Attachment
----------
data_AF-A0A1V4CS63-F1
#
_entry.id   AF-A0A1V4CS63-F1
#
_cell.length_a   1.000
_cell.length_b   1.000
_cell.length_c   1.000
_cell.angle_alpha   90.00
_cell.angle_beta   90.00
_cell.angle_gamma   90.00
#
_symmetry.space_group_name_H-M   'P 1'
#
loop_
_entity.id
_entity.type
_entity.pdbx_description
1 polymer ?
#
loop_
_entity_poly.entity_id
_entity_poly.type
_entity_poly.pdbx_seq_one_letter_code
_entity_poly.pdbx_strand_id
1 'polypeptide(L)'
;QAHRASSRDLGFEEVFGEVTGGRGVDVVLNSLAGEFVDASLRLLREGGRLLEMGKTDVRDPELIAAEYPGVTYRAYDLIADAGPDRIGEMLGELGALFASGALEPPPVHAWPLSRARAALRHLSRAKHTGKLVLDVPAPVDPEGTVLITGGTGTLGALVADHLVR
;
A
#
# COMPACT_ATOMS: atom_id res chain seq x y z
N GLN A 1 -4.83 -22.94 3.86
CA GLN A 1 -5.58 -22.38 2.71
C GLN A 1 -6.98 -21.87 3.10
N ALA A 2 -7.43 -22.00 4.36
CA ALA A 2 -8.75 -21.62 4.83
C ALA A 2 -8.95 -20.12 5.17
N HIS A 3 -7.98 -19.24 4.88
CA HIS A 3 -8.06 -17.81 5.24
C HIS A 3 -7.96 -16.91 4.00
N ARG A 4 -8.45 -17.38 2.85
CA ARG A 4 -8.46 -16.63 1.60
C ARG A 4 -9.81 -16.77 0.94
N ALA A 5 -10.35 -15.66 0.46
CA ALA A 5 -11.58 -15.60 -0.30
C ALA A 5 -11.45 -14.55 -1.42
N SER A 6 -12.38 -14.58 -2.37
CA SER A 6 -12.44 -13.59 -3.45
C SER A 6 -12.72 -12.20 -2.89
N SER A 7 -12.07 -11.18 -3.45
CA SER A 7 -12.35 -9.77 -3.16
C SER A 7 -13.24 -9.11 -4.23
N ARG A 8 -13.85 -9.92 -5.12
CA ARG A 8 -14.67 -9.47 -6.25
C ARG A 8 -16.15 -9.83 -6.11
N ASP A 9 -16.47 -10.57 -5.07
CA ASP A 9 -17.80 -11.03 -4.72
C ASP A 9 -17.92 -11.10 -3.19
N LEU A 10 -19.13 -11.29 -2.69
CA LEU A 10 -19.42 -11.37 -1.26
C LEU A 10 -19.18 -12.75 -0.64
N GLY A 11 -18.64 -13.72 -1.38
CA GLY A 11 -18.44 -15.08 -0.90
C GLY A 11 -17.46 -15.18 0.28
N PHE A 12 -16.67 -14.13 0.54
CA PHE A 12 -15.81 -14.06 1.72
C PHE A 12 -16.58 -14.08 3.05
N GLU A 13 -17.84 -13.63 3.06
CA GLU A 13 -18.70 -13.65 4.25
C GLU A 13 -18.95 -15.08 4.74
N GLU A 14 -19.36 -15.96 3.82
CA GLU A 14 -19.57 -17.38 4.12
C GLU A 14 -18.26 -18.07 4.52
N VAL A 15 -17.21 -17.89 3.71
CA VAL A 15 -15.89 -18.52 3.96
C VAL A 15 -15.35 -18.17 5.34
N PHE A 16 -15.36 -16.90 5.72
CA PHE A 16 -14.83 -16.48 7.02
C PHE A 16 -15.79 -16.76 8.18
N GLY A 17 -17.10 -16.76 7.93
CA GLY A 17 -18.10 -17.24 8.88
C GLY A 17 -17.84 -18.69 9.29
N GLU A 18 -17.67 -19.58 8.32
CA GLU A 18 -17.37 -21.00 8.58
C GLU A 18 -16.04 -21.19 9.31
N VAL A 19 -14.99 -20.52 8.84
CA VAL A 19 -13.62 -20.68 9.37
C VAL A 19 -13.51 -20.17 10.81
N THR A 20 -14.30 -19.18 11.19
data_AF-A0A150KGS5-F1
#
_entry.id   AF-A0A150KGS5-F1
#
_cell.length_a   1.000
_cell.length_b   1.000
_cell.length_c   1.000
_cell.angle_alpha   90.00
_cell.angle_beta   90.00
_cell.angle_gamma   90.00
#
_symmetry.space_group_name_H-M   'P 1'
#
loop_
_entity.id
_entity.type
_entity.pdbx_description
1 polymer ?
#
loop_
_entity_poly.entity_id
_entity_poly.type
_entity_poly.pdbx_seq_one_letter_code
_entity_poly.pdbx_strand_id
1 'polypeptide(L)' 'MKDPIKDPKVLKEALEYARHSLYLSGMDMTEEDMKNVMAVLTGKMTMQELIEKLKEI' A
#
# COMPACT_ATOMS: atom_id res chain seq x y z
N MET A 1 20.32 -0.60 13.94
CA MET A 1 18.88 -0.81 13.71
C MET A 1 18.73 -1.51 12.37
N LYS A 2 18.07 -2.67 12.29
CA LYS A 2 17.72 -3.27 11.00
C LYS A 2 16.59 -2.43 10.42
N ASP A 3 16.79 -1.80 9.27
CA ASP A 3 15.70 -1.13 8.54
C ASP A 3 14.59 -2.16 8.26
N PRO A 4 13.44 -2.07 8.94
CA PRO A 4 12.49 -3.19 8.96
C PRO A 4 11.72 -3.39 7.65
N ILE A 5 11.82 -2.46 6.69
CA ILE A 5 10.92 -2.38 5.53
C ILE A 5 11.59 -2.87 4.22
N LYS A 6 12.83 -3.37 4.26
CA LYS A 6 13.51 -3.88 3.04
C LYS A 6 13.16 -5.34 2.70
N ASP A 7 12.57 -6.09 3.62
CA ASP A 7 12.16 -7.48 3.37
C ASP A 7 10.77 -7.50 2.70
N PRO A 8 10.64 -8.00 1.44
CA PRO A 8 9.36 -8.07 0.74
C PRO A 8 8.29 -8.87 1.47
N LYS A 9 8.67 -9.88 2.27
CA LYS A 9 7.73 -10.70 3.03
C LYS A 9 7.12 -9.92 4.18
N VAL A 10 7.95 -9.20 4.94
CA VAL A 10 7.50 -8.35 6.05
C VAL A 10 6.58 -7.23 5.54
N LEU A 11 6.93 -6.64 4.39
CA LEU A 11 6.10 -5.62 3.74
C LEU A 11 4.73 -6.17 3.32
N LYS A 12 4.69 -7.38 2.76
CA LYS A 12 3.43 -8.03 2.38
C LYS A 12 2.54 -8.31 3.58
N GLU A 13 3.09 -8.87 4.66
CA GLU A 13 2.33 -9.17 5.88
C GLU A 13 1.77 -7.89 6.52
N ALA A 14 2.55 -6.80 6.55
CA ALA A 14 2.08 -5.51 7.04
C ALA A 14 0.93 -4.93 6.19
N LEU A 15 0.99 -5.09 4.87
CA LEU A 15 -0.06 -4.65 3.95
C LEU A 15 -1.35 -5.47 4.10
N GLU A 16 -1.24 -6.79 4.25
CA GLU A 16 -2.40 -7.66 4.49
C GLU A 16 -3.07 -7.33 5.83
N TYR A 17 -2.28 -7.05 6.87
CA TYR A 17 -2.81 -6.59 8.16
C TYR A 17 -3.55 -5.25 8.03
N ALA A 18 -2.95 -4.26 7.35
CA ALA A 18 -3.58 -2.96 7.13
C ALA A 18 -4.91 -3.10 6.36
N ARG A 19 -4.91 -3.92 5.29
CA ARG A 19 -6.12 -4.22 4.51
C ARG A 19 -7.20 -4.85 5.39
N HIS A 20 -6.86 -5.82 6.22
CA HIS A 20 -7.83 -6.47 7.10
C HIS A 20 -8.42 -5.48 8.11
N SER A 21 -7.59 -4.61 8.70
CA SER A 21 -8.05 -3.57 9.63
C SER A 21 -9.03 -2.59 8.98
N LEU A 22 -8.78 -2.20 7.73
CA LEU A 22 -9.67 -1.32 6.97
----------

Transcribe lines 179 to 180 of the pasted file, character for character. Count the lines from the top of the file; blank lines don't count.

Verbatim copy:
N LEU A 22 -8.78 -2.20 7.73
CA LEU A 22 -9.67 -1.32 6.97